‘Jesus, with your church abide’

For centuries Christians could live their lives never having traveled far from home, and could be unaware of events farther afield. Our world is exponentially bigger, even while global communication has made it shrink. Our forbearers faced serious hardships, but did they feel the weight of the world as it now presses on us?

There’s much upheaval – social, moral, political, philosophical – in our fallen world, and the screws are tightening on those of us who are followers of Christ. I didn’t include “religious” in the previous sentence because at heart it’s all religious. “Whoever is not with me is against me, and whoever does not gather with me scatters,” Jesus tells the Pharisees, who believed they were on God’s side (Matt. 12:30). Tragically, the majority of the 7.2 billion people alive today are against Christ. “Wide is the gate and broad is the road that leads to destruction. But small is the gate and narrow the road that leads to life, and only a few find it,” Jesus asserts (Matt. 7:13).

Going out into “all the world” and preaching the gospel is as crucial as it’s ever been. With each passing day we come closer to Christ’s return. Satan knows his time is running out. He is using both more subtle and more vicious methods to win as many battles as he can in the war he realizes Christ has already won.

I’m writing this just after Canada and the U.S. celebrated Canada Day and Independence Day respectively, and just after court decisions in each country revealed that freedom of religion can no longer be taken for granted. We Christians appear (in both countries, though manifested somewhat differently in each) to be at a crossroads. Gone is the cultural Christianity that has been evident for so long.

Preaching Christ
Clearly we aren’t persecuted in the manner many of our fellow Christians around the world are. Few, if any, of us ever think about possibly dying for our faith. But Jesus says if we are faithful we will suffer: economically, as some already are, and in an increasing loss of freedom to live out our faith, to speak freely about it, and even to freely quote and preach from the Bible. Nominal Christians are already falling by the wayside. We who say we truly follow Christ may be forced, in the not distant future, to prove that we love God above all and that we will “obey God rather than man.”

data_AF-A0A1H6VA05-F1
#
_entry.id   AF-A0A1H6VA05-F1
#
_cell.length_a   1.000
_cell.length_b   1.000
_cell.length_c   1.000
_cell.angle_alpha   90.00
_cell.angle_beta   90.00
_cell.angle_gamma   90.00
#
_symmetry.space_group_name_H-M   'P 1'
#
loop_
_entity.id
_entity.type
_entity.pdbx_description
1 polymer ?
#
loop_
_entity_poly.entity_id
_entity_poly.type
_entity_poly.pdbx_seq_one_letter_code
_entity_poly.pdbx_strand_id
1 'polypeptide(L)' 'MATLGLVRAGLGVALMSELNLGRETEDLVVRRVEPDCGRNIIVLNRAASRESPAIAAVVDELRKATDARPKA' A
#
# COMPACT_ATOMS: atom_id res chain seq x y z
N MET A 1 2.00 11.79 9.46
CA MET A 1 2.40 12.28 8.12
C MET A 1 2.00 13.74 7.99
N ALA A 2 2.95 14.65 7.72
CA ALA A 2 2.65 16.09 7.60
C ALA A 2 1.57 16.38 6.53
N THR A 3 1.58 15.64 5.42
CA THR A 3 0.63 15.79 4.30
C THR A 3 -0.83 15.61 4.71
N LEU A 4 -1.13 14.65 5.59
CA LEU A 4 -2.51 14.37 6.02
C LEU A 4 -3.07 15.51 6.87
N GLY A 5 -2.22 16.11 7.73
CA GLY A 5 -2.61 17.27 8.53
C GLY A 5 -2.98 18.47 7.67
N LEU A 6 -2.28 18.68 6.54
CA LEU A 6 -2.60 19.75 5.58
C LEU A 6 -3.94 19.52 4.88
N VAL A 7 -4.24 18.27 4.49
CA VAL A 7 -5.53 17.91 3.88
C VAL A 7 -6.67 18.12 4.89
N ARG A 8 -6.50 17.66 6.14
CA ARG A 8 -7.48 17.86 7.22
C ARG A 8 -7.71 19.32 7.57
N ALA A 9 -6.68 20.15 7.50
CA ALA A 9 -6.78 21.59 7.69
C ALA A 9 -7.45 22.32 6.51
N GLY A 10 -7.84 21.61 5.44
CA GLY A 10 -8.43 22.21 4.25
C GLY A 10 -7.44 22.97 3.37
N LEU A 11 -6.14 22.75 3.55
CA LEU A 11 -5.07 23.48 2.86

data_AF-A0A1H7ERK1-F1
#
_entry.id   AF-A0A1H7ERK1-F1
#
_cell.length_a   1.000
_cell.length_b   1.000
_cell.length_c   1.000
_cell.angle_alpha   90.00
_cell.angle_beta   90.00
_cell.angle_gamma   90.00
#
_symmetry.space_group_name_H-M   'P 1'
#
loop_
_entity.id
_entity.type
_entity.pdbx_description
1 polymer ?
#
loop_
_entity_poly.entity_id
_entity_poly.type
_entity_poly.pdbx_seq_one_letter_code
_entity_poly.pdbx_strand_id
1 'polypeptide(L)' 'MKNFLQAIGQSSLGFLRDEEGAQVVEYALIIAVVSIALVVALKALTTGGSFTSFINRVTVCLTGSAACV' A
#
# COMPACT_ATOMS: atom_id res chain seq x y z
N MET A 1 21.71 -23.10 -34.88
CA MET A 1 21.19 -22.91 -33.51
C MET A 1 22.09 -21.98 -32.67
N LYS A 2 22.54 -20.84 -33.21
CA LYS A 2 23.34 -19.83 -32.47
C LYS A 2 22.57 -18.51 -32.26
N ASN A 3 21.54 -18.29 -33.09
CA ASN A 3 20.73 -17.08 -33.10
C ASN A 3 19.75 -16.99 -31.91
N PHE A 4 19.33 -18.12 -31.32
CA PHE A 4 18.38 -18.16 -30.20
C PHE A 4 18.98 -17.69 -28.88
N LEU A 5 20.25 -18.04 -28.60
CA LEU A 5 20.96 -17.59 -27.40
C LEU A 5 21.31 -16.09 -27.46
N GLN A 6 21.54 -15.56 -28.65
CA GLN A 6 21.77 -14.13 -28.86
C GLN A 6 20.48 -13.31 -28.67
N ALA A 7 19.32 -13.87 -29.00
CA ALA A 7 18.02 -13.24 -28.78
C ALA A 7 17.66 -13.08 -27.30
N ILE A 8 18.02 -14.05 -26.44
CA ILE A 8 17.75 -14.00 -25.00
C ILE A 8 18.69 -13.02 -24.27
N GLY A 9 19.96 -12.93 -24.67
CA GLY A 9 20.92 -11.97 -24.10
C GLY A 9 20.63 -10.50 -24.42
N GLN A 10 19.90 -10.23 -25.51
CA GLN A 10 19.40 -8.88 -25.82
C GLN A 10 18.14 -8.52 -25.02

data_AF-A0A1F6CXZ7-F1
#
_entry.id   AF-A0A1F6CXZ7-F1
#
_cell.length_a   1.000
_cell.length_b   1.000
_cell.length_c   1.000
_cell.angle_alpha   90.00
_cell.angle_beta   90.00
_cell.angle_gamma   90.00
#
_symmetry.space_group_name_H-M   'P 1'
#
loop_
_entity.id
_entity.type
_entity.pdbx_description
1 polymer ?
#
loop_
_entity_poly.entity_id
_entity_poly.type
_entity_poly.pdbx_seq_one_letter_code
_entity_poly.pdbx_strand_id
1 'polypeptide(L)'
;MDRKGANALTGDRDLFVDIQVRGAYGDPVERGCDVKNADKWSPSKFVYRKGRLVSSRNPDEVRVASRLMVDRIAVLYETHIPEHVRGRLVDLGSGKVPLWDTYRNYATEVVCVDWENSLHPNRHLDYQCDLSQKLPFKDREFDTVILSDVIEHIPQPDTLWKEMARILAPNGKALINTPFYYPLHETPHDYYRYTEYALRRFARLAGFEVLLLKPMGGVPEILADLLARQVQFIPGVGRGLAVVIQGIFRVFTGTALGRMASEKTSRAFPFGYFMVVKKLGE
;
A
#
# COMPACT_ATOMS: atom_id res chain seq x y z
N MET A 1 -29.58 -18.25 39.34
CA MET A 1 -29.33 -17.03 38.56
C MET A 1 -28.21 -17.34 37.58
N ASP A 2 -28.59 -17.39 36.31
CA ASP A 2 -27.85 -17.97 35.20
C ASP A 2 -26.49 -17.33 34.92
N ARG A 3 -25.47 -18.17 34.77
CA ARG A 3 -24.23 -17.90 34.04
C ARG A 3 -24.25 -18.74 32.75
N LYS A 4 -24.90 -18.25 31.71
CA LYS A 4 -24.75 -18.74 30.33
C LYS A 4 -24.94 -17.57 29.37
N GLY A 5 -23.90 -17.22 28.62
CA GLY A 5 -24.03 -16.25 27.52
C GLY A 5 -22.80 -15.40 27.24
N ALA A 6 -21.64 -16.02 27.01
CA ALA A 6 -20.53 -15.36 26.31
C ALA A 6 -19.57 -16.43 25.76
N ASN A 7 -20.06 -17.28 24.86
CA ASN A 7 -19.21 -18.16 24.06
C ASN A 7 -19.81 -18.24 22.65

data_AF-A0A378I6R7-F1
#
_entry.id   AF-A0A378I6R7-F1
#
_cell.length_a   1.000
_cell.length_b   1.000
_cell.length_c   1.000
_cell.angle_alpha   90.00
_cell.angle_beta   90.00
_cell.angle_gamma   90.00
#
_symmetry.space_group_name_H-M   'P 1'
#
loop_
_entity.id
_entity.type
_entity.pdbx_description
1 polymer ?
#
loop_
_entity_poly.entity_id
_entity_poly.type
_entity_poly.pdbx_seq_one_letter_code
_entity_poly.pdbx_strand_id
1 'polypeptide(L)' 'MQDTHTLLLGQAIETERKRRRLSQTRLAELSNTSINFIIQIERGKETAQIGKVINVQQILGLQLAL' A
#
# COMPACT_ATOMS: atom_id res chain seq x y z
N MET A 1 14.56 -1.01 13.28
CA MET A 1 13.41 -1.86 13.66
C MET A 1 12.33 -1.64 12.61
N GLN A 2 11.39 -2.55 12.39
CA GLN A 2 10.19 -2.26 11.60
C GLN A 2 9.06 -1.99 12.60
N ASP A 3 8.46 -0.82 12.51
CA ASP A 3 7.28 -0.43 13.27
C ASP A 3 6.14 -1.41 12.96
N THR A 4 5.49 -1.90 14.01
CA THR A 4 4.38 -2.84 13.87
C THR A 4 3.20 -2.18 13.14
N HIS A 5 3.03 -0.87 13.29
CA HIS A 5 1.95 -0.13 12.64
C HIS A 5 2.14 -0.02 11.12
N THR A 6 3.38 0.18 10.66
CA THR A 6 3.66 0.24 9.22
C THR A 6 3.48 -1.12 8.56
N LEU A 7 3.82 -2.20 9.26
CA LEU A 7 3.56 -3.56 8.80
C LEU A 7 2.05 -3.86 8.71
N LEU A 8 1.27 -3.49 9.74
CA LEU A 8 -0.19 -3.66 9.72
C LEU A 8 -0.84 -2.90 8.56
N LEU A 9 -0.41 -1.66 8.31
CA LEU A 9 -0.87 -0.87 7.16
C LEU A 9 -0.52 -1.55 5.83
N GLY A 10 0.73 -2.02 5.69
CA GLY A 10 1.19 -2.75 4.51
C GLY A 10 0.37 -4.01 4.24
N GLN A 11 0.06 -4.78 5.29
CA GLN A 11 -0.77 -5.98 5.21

God holds the nations in his hands. He “reigns over the nations” and “the kings of the earth belong to God” (Ps. 47:8). He removes rulers/governments and sets them up (Dan.2:21). And he will – and already does – judge nations, as he does individuals, who continually flout him (Ps. 110, Micah 4). But God also hears the prayers of his saints in those nations, prayers for perseverance in the midst of opposition, prayers that we will be worthy witnesses to the gospel, prayers for the Spirit to work repentance in our leaders and fellow citizens, prayers for mercy and averted judgment.

Cloistering ourselves from Satan’s increasing fury isn’t an option. We must acknowledge Christ before others if we expect him to acknowledge us before his Father. If we strive to love God ever more with all our heart, soul, mind and strength, then we must also remember what comes after that: “And your neighbour as yourself.” If we truly love our neighbours – wherever in the world they live – we will yearn to introduce them to the Saviour of the world, preaching Christ in words and actions, so that they may walk through that narrow gate that leads to life.

Author

  • Marian Van Til is a former CC editor who lived in Canada from 1975-2000. She now freelances for journals and writes books. Marian is also a classical musician and the music director at a Lutheran Church. She and her husband, Ed Cassidy, live in Youngstown, NY.

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